National Development and Reform Commission

Foreigners banned from investing in Chinese villas

PUBLISHED : Monday, 30 January, 2012, 12:00am
UPDATED : Monday, 30 January, 2012, 12:00am

Beijing has moved to outlaw foreign investment in the construction and management of villas on the mainland - though the definition of a villa remains to be clarified.

In an amendment to foreign investment rules just published by the National Development and Reform Commission (NDRC) and the Ministry of Commerce, villa construction and management was re-categorised from 'restricted' to 'prohibited'.

The change, contained in the revised Catalogue of Industries for Guiding Foreign Investment (2011 Amendments), means that foreign investment in this type of real estate business is banned in the future.

The amended catalogue will become effective today.

The new catalogue lists industries in which foreign investment is either 'encouraged', 'restricted', or 'prohibited'. It replaces the catalogue that took effect in December 2007.

But in the absence of a clear definition, there is no certainty in the property industry about what qualifies as a villa.

In the past, the central government appeared to have accepted the concept that a villa meant a single detached court villa, global law firm Mayer Brown noted in a commentary on the revised catalogue. This indicated that any semi-detached villa, townhouse, overlapped villa or penthouse might not be categorised as a villa real estate project.

However, there is now talk in the market of the likelihood that the Ministry of Land and Resources is considering an official definition of the term 'villa' that might embrace semi-detached villas or townhouses, thus banning foreign investment in such 'quasi-villa' projects.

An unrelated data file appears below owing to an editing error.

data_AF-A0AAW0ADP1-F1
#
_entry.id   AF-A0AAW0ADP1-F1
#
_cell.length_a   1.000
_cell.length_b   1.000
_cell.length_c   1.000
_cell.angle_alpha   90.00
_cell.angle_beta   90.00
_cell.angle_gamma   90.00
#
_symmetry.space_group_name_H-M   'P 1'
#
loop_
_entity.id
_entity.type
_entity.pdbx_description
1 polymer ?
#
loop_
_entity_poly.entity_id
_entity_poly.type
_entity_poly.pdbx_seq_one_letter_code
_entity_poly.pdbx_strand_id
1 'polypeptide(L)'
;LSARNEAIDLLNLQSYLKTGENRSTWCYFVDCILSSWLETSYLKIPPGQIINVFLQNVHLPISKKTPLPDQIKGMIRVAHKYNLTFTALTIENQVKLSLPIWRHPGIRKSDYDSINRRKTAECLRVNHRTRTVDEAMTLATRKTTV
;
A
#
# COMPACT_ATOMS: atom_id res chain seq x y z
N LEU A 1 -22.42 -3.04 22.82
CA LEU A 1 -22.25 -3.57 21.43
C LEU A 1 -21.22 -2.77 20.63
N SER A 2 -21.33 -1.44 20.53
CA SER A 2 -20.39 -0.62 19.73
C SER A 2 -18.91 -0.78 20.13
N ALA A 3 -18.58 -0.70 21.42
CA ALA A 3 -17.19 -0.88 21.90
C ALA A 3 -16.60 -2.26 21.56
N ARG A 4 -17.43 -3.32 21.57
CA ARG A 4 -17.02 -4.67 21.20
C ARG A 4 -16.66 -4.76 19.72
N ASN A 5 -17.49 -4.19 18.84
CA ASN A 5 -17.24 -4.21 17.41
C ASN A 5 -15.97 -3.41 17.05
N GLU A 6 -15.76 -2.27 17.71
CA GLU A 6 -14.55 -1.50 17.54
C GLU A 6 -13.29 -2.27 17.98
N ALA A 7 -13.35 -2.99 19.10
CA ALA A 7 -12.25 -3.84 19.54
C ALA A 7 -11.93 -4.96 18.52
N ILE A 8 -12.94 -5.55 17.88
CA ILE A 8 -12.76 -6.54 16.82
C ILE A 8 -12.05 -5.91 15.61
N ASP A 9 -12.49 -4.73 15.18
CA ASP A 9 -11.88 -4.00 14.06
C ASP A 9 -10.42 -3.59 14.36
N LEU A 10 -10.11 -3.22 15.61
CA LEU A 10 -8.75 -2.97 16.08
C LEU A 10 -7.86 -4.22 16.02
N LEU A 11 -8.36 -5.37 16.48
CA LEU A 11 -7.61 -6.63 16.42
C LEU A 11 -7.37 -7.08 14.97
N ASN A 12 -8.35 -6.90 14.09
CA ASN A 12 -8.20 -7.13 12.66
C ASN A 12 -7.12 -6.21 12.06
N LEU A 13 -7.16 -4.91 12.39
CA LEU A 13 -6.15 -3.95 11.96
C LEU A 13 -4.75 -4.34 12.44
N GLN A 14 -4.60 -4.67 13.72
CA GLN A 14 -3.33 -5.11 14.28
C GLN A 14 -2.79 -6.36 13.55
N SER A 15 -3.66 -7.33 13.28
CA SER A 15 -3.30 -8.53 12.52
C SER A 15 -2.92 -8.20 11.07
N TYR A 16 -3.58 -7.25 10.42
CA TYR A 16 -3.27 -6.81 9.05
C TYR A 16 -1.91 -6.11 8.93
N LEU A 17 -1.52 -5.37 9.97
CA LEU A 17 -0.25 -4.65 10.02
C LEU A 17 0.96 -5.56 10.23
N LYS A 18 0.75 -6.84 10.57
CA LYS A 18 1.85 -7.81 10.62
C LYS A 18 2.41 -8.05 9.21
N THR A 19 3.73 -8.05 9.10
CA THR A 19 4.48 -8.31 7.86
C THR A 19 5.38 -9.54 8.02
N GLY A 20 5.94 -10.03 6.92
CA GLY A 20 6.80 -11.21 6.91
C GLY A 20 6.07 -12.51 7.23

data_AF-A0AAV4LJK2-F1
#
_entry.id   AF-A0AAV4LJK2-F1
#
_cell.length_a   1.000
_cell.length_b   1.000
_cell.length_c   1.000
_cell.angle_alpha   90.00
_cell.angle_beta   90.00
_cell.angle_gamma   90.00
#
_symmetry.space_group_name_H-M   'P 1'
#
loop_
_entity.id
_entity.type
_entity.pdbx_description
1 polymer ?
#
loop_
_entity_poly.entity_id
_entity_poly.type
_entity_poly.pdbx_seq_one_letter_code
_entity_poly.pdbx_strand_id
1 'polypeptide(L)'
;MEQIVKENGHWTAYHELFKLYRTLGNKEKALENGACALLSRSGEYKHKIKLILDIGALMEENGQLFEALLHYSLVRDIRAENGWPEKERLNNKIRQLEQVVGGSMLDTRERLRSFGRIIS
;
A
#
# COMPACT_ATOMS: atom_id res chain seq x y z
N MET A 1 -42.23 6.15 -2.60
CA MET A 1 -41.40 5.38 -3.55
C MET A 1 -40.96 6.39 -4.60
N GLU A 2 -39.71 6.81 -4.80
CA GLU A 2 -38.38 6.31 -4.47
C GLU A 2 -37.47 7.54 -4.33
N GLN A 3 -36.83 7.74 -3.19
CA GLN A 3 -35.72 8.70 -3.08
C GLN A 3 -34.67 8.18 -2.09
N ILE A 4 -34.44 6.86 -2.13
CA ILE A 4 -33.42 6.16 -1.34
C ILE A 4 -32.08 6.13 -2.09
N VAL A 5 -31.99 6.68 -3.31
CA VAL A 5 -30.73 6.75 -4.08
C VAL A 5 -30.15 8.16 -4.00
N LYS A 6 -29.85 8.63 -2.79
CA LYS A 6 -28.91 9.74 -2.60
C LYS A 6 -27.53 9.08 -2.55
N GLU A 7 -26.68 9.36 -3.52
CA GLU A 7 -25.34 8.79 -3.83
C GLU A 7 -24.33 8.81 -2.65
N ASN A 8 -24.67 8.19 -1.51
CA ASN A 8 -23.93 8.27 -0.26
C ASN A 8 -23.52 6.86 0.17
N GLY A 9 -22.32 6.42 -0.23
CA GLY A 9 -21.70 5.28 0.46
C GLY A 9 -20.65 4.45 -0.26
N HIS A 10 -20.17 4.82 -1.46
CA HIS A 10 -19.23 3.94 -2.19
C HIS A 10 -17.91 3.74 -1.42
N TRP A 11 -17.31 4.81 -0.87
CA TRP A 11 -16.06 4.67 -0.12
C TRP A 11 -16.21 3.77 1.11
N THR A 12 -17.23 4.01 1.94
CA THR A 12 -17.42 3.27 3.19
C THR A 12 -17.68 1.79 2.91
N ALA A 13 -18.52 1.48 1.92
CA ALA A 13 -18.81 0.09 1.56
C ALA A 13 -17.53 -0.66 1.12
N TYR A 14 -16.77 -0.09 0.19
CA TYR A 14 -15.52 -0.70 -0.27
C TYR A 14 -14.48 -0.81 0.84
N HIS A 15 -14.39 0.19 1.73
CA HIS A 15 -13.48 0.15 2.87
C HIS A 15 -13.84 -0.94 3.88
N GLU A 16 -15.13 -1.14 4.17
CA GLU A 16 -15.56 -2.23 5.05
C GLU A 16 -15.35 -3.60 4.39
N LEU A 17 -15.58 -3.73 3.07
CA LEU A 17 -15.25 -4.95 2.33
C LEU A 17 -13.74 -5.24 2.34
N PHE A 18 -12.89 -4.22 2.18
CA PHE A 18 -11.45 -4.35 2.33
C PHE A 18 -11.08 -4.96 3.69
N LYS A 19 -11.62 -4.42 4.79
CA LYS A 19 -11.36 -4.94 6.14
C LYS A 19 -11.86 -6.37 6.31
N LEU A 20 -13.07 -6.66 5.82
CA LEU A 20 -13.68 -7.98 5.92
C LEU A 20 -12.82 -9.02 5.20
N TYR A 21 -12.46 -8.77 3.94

'It is yet to be seen how and when such a legal definition would be formulated and officially released,' Mayer Brown said.

Against the background of uncertainty, analysts said the amended catalogue could have a negative effect on new foreign investments in the real estate sector over the next few years, although they believed the impact would not be severe.

'Since the prohibition of any land supply for villas has been provided for in various rules since 2003, the impact of the [revised] Catalogue on the real estate industry may not be huge in this regard,' Mayer Brown said.

The prohibition of land supply for villa projects was issued in February 2003 by the Ministry of Land and Resources. Later, in December 2006, the ministry and the NDRC issued the catalogue on prohibited land use projects, which categorised a 'villa real estate project' as a 'prohibited land use project'.

Amendments to the foreign investment rules contained in the revised catalogue affect a number of industries including mines, food processing, and textile manufacturing.

Law firm Morgan Lewis said the revisions showed the central government's increasing desire to encourage foreign investment in high technology, high-end manufacturing, clean energy, energy saving, environmental protection and modern services.